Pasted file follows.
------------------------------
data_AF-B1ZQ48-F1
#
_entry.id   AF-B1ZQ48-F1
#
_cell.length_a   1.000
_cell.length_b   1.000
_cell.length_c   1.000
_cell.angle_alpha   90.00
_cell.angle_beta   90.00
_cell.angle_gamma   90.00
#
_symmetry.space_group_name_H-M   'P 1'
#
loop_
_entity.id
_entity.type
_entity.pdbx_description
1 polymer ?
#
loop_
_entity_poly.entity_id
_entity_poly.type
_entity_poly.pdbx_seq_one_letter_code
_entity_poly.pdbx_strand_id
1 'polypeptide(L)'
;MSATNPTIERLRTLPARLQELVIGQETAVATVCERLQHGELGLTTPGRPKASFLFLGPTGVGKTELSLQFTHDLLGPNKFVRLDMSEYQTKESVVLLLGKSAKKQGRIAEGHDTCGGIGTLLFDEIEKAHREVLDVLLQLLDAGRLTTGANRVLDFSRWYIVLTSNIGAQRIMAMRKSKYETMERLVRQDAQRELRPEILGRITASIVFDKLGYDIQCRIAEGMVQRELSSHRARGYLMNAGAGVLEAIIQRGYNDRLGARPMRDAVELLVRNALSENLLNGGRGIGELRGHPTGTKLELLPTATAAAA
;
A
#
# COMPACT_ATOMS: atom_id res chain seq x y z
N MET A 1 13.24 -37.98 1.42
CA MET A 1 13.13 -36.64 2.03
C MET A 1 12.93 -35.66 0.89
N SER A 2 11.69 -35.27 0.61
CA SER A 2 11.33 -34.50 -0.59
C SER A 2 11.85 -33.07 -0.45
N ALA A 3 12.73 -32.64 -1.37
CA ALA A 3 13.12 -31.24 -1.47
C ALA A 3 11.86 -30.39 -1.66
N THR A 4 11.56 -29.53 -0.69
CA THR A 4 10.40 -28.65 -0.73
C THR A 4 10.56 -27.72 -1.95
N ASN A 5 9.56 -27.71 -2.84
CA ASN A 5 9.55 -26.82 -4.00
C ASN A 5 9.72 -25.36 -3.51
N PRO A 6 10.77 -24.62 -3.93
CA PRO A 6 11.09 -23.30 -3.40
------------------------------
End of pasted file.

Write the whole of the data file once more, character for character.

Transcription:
data_AF-B1ZQ48-F1
#
_entry.id   AF-B1ZQ48-F1
#
_cell.length_a   1.000
_cell.length_b   1.000
_cell.length_c   1.000
_cell.angle_alpha   90.00
_cell.angle_beta   90.00
_cell.angle_gamma   90.00
#
_symmetry.space_group_name_H-M   'P 1'
#
loop_
_entity.id
_entity.type
_entity.pdbx_description
1 polymer ?
#
loop_
_entity_poly.entity_id
_entity_poly.type
_entity_poly.pdbx_seq_one_letter_code
_entity_poly.pdbx_strand_id
1 'polypeptide(L)'
;MSATNPTIERLRTLPARLQELVIGQETAVATVCERLQHGELGLTTPGRPKASFLFLGPTGVGKTELSLQFTHDLLGPNKFVRLDMSEYQTKESVVLLLGKSAKKQGRIAEGHDTCGGIGTLLFDEIEKAHREVLDVLLQLLDAGRLTTGANRVLDFSRWYIVLTSNIGAQRIMAMRKSKYETMERLVRQDAQRELRPEILGRITASIVFDKLGYDIQCRIAEGMVQRELSSHRARGYLMNAGAGVLEAIIQRGYNDRLGARPMRDAVELLVRNALSENLLNGGRGIGELRGHPTGTKLELLPTATAAAA
;
A
#
# COMPACT_ATOMS: atom_id res chain seq x y z
N MET A 1 13.24 -37.98 1.42
CA MET A 1 13.13 -36.64 2.03
C MET A 1 12.93 -35.66 0.89
N SER A 2 11.69 -35.27 0.61
CA SER A 2 11.33 -34.50 -0.59
C SER A 2 11.85 -33.07 -0.45
N ALA A 3 12.73 -32.64 -1.37
CA ALA A 3 13.12 -31.24 -1.47
C ALA A 3 11.86 -30.39 -1.66
N THR A 4 11.56 -29.53 -0.69
CA THR A 4 10.40 -28.65 -0.73
C THR A 4 10.56 -27.72 -1.95
N ASN A 5 9.56 -27.71 -2.84
CA ASN A 5 9.55 -26.82 -4.00
C ASN A 5 9.72 -25.36 -3.51
N PRO A 6 10.77 -24.62 -3.93
CA PRO A 6 11.09 -23.30 -3.40